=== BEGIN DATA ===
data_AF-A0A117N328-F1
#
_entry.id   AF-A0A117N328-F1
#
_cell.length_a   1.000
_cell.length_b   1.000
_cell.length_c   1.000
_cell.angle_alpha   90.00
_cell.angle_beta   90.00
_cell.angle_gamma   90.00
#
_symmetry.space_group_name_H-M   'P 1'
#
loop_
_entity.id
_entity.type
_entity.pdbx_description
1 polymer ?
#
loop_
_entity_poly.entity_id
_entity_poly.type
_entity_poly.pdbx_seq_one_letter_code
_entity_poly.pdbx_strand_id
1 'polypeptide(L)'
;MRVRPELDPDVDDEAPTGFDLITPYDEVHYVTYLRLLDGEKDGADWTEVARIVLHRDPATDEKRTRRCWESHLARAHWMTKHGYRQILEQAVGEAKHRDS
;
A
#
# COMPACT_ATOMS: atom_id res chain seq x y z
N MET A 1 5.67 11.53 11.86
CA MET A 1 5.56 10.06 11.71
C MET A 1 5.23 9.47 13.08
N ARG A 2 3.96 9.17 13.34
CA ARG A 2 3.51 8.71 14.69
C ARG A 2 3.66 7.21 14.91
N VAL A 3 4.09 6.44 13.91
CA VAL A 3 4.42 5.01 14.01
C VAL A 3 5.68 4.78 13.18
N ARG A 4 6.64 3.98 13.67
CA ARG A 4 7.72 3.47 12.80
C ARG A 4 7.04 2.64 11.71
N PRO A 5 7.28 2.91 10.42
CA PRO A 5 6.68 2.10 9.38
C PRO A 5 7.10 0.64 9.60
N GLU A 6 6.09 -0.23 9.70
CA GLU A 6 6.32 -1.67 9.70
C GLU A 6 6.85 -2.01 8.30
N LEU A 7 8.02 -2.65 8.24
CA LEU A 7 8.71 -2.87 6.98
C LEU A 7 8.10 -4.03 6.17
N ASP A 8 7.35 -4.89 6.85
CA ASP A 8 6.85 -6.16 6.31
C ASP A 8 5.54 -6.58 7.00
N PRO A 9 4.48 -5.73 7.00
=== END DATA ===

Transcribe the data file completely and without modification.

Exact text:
data_AF-A0A117N328-F1
#
_entry.id   AF-A0A117N328-F1
#
_cell.length_a   1.000
_cell.length_b   1.000
_cell.length_c   1.000
_cell.angle_alpha   90.00
_cell.angle_beta   90.00
_cell.angle_gamma   90.00
#
_symmetry.space_group_name_H-M   'P 1'
#
loop_
_entity.id
_entity.type
_entity.pdbx_description
1 polymer ?
#
loop_
_entity_poly.entity_id
_entity_poly.type
_entity_poly.pdbx_seq_one_letter_code
_entity_poly.pdbx_strand_id
1 'polypeptide(L)'
;MRVRPELDPDVDDEAPTGFDLITPYDEVHYVTYLRLLDGEKDGADWTEVARIVLHRDPATDEKRTRRCWESHLARAHWMTKHGYRQILEQAVGEAKHRDS
;
A
#
# COMPACT_ATOMS: atom_id res chain seq x y z
N MET A 1 5.67 11.53 11.86
CA MET A 1 5.56 10.06 11.71
C MET A 1 5.23 9.47 13.08
N ARG A 2 3.96 9.17 13.34
CA ARG A 2 3.51 8.71 14.69
C ARG A 2 3.66 7.21 14.91
N VAL A 3 4.09 6.44 13.91
CA VAL A 3 4.42 5.01 14.01
C VAL A 3 5.68 4.78 13.18
N ARG A 4 6.64 3.98 13.67
CA ARG A 4 7.72 3.47 12.80
C ARG A 4 7.04 2.64 11.71
N PRO A 5 7.28 2.91 10.42
CA PRO A 5 6.68 2.10 9.38
C PRO A 5 7.10 0.64 9.60
N GLU A 6 6.09 -0.23 9.70
CA GLU A 6 6.32 -1.67 9.70
C GLU A 6 6.85 -2.01 8.30
N LEU A 7 8.02 -2.65 8.24
CA LEU A 7 8.71 -2.87 6.98
C LEU A 7 8.10 -4.03 6.17
N ASP A 8 7.35 -4.89 6.85
CA ASP A 8 6.85 -6.16 6.31
C ASP A 8 5.54 -6.58 7.00
N PRO A 9 4.48 -5.73 7.00